John Gray has a long and thoughtful piece in The Guardian about the recent spate of books proselytizing atheism (Dawkins, Hitchens, Sam Harris, et al.) and why they are, if not wrong, exactly, at least incomplete. I generally find Gray maddeningly woolly and evasive, and I believe he wanders off the reservation now and again in this piece. Still, it is much worth reading, not least for its peroration:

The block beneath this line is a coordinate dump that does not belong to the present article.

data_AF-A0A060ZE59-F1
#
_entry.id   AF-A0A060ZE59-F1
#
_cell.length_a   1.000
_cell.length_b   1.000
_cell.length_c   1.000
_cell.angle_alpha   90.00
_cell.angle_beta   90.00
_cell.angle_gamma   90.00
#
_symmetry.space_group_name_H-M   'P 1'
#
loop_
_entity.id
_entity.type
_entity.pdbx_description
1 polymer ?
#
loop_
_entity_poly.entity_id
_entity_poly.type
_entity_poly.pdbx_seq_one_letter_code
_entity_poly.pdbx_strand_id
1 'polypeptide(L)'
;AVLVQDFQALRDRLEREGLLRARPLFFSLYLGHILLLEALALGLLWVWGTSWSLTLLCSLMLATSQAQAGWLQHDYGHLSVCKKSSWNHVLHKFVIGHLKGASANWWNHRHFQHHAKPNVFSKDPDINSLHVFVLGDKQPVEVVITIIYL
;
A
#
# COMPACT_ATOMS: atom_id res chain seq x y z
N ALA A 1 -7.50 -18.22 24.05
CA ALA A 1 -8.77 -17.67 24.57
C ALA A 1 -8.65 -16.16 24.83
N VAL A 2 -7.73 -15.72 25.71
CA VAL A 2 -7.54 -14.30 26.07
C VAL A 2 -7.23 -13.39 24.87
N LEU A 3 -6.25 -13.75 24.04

The attempt to eradicate religion, however, only leads to it reappearing in grotesque and degraded forms. A credulous belief in world revolution, universal democracy or the occult powers of mobile phones is more offensive to reason than the mysteries of religion, and less likely to survive in years to come. Victorian poet Matthew Arnold wrote of believers being left bereft as the tide of faith ebbs away. Today secular faith is ebbing, and it is the apostles of unbelief who are left stranded on the beach.